Hoping to “restore public confidence in the industry,” four of the world’s biggest oil companies have united, pledging to commit a total of $1 billion to the formation of a “rapid-response system” to combat future deepwater oil spills in the Gulf of Mexico. The voluntary effort will see the construction of a set of “modular containment equipment” - including underwater systems and pipelines - ready for emergency use. Once it’s been assembled, the system will be able to handle spills in water as deep as 10,000 feet and capture up to 100,000 barrels of oil per day.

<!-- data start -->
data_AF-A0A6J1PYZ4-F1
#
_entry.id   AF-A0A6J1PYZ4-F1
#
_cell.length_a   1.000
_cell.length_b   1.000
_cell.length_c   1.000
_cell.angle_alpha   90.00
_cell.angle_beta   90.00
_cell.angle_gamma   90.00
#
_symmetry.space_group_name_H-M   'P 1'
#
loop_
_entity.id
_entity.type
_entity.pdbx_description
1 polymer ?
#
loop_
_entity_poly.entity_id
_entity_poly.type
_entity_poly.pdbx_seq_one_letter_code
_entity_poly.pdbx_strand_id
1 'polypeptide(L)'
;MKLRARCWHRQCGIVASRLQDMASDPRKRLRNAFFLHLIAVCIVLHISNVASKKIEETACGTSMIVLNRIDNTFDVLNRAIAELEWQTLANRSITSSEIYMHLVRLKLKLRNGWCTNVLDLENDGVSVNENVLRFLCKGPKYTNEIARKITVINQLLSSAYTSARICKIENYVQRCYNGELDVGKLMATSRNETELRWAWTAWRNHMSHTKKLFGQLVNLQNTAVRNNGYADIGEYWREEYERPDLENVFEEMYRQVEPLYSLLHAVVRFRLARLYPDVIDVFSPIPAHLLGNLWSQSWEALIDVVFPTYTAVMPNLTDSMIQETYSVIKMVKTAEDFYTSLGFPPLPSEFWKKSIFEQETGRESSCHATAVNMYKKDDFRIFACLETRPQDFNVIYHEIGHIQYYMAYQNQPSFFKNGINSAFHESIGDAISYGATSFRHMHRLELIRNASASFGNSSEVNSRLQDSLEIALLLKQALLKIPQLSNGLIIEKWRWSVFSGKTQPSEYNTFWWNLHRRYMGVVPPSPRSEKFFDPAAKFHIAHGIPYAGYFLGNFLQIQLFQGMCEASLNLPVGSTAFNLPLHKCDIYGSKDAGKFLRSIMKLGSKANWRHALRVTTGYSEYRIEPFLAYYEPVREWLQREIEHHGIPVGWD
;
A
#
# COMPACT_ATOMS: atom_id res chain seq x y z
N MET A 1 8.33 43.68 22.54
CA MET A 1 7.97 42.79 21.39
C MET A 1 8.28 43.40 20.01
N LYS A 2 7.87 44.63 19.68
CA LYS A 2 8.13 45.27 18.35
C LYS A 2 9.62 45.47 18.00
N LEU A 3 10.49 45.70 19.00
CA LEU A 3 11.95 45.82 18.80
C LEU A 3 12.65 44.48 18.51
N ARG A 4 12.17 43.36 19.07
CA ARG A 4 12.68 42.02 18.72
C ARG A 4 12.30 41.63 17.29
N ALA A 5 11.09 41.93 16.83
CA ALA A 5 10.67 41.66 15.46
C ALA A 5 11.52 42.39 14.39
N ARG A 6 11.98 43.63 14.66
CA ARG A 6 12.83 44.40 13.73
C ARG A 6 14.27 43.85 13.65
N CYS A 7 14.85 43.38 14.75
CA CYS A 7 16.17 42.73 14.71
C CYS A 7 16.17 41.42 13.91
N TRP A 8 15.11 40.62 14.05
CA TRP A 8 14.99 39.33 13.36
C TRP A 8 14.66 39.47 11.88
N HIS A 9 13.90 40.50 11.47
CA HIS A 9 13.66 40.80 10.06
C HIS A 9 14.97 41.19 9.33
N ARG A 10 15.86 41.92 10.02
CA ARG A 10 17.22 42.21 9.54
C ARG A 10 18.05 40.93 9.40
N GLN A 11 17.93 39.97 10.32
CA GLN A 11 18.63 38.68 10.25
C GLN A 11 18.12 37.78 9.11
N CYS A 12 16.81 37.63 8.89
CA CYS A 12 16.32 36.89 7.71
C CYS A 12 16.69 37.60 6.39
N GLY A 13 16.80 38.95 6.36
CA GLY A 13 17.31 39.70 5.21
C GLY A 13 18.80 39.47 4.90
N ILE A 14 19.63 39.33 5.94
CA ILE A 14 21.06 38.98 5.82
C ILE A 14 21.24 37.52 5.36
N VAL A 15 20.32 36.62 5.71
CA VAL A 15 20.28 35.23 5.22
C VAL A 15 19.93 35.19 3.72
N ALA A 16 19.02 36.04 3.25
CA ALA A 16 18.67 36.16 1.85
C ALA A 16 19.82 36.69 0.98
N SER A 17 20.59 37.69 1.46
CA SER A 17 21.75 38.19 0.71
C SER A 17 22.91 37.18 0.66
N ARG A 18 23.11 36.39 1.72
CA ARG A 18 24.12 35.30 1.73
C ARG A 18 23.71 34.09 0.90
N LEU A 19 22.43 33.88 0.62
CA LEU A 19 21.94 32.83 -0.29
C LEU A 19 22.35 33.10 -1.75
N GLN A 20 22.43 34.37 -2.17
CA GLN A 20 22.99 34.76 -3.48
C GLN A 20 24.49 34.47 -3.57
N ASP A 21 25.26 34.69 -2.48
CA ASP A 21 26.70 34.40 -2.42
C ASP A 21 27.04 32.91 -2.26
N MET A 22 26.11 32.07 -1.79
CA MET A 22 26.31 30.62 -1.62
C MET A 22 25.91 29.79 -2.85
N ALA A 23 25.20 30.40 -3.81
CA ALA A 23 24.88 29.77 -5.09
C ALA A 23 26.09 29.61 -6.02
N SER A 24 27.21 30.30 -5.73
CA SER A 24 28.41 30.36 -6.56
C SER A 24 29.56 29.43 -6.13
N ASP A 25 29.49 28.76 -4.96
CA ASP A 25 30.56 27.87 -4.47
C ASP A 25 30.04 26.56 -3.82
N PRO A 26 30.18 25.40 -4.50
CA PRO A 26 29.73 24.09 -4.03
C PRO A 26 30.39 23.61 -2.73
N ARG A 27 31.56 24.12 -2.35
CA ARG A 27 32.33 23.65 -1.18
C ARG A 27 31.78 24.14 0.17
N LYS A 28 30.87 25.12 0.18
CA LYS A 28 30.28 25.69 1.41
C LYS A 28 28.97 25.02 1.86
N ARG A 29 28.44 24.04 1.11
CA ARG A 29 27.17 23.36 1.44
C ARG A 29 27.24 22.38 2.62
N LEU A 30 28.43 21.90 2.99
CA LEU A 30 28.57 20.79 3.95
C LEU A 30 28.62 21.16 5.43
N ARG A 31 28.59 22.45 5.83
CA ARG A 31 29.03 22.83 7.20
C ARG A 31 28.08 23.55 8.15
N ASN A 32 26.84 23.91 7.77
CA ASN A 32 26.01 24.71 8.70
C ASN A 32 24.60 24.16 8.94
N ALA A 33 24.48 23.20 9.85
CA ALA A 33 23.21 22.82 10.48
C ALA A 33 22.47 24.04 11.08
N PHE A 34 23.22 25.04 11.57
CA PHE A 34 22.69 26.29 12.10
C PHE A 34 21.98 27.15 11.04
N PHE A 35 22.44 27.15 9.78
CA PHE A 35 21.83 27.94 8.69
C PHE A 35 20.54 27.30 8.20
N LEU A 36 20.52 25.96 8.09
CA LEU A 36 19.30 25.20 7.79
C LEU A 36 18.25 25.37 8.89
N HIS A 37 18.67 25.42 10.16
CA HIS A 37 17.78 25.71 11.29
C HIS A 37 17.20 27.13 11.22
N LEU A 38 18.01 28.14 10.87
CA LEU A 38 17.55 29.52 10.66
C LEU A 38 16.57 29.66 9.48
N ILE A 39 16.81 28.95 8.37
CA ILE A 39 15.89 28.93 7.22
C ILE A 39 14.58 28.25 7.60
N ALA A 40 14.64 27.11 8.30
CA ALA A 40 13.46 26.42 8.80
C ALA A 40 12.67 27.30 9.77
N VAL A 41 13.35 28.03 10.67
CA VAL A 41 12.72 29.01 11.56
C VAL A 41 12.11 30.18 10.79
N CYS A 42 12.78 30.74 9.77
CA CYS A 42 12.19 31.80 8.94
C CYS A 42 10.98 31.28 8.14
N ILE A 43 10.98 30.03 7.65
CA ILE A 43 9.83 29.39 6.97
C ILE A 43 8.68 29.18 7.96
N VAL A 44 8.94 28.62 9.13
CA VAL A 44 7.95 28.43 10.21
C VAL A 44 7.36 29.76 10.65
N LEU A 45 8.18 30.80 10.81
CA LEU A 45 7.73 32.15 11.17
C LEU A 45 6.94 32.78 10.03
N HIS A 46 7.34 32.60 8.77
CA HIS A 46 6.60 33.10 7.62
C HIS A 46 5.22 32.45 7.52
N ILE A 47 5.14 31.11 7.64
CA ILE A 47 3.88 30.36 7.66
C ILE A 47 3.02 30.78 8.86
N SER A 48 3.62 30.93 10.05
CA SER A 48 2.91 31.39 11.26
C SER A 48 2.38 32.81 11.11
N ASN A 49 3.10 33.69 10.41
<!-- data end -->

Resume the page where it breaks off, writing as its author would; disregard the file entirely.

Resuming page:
The four companies - Exxon Mobil, Chevron, ConocoPhillips and Royal Dutch Shell - will each pony up $250 million for the initiative, which will take six months to get in place. Exxon Vice President of Engineering Sara Ortwein explained, putting it mildly to say the least: “One thing that has become clear is that we need to have a system that is flexible, adaptable and available for rapid response.” Though the Times notes this seems primarily a play “to persuade the Obama administration to lift a temporary ban on deepwater drilling,” at least they’re doing something to ensure this kind of disaster never happens again.